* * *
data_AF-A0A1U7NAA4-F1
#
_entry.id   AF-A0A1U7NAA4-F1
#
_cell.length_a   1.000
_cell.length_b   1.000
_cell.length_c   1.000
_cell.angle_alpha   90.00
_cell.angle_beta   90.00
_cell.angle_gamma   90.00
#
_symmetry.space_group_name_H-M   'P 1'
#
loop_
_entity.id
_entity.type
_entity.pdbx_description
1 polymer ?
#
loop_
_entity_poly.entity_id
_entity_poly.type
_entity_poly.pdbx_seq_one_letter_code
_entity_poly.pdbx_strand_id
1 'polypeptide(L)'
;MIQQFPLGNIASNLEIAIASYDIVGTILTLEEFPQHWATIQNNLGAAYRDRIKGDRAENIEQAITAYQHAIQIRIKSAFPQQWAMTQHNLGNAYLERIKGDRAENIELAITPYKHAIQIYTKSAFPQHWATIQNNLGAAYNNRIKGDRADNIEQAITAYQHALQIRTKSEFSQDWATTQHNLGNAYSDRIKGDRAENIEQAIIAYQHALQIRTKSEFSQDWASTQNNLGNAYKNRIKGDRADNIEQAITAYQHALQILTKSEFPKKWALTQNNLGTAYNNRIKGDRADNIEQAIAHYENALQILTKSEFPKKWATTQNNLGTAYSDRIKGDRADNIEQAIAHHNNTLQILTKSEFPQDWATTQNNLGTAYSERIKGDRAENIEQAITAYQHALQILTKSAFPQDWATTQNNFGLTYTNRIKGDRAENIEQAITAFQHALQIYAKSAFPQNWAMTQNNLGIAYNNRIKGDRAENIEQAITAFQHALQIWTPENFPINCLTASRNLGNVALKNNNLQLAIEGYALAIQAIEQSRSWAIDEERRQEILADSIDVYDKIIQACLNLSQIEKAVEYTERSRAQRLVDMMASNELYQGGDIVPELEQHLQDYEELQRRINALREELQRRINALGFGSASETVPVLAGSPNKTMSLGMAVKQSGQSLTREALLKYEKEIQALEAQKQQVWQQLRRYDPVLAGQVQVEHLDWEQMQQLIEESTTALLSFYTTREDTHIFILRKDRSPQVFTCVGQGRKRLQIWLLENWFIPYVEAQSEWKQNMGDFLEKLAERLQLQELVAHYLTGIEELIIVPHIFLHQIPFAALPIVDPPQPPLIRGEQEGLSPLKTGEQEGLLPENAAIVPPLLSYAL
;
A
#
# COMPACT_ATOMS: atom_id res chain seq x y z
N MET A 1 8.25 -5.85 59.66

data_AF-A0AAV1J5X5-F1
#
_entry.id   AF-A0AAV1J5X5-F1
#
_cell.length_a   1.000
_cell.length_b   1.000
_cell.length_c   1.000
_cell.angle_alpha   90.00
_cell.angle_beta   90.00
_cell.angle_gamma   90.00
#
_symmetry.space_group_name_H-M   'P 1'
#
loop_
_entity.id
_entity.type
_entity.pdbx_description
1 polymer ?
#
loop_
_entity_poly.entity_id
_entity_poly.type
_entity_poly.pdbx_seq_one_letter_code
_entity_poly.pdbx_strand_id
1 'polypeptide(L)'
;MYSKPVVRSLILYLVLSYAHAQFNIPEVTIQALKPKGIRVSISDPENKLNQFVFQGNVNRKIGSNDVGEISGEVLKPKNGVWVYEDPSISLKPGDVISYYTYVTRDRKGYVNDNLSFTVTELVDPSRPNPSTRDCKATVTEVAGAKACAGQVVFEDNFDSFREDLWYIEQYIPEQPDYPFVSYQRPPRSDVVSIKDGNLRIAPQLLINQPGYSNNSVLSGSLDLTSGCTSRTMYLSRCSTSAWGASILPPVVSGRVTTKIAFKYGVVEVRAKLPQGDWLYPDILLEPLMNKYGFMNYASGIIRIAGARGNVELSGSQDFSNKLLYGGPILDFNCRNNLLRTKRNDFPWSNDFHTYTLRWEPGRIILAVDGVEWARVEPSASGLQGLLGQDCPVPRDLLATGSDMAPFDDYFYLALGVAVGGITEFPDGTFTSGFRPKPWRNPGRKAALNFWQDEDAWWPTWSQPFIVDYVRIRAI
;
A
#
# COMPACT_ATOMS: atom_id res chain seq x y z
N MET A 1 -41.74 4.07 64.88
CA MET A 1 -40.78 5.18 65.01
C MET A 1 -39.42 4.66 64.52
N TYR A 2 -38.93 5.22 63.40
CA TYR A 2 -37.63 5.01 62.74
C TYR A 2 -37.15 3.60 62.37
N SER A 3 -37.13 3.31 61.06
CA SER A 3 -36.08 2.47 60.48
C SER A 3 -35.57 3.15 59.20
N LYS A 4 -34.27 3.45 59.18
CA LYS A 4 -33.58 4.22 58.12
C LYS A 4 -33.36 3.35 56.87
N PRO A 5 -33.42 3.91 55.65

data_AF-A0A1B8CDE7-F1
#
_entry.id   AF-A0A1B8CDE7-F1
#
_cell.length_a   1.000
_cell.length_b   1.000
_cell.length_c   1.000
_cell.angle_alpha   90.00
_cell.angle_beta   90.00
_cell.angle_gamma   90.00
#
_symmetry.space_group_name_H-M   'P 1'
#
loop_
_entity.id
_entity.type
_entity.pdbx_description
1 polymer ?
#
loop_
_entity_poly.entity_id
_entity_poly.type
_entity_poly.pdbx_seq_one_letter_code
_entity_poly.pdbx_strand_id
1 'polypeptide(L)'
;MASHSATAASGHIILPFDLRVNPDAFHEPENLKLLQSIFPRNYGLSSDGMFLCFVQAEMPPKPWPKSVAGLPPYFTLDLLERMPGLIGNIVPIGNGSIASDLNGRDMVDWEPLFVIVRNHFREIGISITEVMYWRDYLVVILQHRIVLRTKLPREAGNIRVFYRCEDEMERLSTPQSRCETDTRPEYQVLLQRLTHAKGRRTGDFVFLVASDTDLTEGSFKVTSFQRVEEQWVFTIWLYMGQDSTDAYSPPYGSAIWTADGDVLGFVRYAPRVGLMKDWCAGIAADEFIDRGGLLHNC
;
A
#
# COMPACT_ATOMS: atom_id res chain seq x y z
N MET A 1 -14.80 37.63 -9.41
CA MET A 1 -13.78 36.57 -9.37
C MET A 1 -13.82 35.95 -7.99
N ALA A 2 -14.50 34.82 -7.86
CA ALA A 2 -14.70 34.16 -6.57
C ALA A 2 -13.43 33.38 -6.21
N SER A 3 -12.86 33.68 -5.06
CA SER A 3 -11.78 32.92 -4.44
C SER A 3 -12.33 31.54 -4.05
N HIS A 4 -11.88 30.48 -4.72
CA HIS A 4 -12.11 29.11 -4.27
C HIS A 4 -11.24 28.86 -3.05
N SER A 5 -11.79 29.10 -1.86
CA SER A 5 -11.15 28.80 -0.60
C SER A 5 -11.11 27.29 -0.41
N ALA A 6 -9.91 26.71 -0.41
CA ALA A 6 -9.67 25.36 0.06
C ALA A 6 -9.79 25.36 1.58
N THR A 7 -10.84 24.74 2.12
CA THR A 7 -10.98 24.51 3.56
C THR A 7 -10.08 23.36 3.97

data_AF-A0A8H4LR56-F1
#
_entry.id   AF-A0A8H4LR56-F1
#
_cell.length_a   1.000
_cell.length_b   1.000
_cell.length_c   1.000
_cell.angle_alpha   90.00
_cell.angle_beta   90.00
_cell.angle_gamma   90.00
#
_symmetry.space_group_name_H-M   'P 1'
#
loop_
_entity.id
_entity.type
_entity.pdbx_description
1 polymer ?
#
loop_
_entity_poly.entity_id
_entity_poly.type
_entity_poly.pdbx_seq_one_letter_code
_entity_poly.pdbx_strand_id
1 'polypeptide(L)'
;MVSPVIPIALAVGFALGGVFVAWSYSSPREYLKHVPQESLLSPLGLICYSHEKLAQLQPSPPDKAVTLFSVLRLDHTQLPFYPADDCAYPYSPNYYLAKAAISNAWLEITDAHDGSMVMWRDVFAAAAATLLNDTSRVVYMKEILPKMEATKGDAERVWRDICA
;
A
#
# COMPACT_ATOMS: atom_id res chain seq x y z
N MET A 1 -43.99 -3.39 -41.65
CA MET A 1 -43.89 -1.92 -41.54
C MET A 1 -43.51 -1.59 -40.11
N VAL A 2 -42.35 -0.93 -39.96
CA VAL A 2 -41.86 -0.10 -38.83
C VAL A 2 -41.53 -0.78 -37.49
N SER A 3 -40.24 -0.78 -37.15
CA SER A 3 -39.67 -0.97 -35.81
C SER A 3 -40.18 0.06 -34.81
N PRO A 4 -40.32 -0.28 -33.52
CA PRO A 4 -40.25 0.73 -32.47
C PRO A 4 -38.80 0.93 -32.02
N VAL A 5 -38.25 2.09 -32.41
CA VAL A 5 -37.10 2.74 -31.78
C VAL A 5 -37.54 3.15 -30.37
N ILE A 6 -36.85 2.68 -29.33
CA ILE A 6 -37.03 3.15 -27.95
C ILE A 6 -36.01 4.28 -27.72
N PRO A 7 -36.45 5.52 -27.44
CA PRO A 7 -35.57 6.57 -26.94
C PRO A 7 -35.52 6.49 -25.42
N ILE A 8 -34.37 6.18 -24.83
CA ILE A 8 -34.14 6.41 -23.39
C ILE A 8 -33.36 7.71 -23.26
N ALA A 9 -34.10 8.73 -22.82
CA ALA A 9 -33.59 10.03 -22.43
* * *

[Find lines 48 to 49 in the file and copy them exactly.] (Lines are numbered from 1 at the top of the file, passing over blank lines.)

_entity.pdbx_description
1 polymer ?